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Africa Mining Projects in Progress 2019 - First Edition (PDF Report)

 
 

Africa’s potential is immeasurable.
 

While Africa initially gained a reputation for its gold and diamond resources, the African mining industry is now also being recognised for its copper, graphite, lithium, platinum group metals and potash resources. However, the continent is faced with a ‘resource curse’, a term first coined by British economist Richard Auty in 1993.

 

The term refers to an enduring theme of mining in Africa – the paradox of plenty. The theory tries to explain how countries with an abundance of natural resources tend to have lower economic growth, fewer democratic institutions and worse development outcomes than countries with fewer natural resources.

 

The near-consensus now is that institutional excellence is the primary intervening variable. If a country is strongly institutionalised, resource wealth can be a development facilitator. If it is weakly institutionalised, resource rents further break the citizen–State accountability link, as South African Institute of International Affairs research fellow Ross Harvey notes in ‘Looking Back to the Future: Mining for Development in Africa’ published in June 2018. He contends that ensuring better governance of the extractive industries across Africa remains a fundamental priority. “If institutions are not strengthened to draw durable, broad-based benefits from mining, it will continue to operate in an enclave manner, depriving countries of the extensive spillover benefits it could bring,” he contends.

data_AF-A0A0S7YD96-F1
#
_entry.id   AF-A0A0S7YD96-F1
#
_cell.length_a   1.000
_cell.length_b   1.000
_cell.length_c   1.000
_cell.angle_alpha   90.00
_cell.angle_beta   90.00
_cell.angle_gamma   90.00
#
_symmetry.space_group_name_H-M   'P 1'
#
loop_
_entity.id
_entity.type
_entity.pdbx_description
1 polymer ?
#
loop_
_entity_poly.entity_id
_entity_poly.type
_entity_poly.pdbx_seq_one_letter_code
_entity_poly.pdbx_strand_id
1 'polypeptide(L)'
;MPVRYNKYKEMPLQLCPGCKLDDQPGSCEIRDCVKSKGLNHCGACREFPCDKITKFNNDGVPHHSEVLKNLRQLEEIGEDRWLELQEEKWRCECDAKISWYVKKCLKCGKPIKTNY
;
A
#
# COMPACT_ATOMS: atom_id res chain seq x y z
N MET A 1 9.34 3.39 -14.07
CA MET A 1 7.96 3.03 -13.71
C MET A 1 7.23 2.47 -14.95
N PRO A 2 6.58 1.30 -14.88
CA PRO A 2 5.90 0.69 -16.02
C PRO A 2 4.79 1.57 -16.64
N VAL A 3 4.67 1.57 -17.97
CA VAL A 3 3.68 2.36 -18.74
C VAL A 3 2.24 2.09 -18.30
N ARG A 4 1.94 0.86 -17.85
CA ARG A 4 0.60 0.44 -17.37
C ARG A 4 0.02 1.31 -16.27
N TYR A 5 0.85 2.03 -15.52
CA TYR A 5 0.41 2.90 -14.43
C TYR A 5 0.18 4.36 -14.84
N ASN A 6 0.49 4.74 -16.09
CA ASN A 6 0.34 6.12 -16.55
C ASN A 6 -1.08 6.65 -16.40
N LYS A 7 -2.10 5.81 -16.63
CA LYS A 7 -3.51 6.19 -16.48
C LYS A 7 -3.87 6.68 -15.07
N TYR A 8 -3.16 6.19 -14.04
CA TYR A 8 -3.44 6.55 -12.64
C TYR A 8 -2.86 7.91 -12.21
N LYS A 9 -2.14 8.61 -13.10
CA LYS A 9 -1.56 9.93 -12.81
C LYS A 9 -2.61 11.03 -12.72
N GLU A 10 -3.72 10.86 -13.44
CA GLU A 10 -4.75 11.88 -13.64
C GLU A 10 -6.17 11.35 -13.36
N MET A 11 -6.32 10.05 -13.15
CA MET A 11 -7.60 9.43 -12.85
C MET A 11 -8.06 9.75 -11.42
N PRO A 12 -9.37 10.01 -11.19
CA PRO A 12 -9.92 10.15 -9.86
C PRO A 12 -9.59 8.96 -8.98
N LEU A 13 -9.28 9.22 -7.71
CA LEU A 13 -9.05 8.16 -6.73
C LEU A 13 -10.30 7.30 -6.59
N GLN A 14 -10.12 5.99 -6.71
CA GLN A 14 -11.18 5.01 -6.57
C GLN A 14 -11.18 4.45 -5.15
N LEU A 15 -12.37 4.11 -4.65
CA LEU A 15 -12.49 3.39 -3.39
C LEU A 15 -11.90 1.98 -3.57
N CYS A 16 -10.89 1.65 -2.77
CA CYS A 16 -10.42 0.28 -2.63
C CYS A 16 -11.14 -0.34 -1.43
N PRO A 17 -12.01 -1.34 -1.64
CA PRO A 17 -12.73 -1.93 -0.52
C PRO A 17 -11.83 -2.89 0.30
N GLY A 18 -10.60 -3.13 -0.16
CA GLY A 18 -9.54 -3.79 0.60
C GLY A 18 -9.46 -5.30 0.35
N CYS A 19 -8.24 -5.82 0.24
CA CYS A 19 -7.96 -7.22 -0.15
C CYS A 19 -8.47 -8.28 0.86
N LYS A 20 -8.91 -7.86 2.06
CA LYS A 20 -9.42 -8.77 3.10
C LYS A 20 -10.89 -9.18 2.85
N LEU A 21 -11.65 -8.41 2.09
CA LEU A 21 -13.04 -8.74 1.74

However, achieving shared value and sustainable socioeconomic development is fraught in many cases by troubled relations between mining companies, host country governments, and mine-affected communities. It is, therefore, necessary to address issues that continue to generate this social risk, some of which prevent shared value outcomes, for example:

  • the impact of technology and greater mechanisation on mining – increasingly, mines will likely be minimally invasive, operated predominantly by new technologies that require less human intervention.
  • the drive for a cleaner and safer industry.
  • the issue of maturation – orebodies becoming more difficult and expensive to mine, and as a result employment opportunities dwindling.

 

So, not only are mining companies under pressure to provide jobs, invest in social programmes and contribute to a host jurisdiction’s economy beyond the life-of-mine, but they also have to do so all the while ensuring the most rigorous health and safety standards are met.

 

It is therefore crucial for mining companies, governments and mine-affected communities to have realistic expectations about the benefits and potential drawbacks of resource-heavy oriented socioeconomic development.

 

Published on: 07 March 2019.

 
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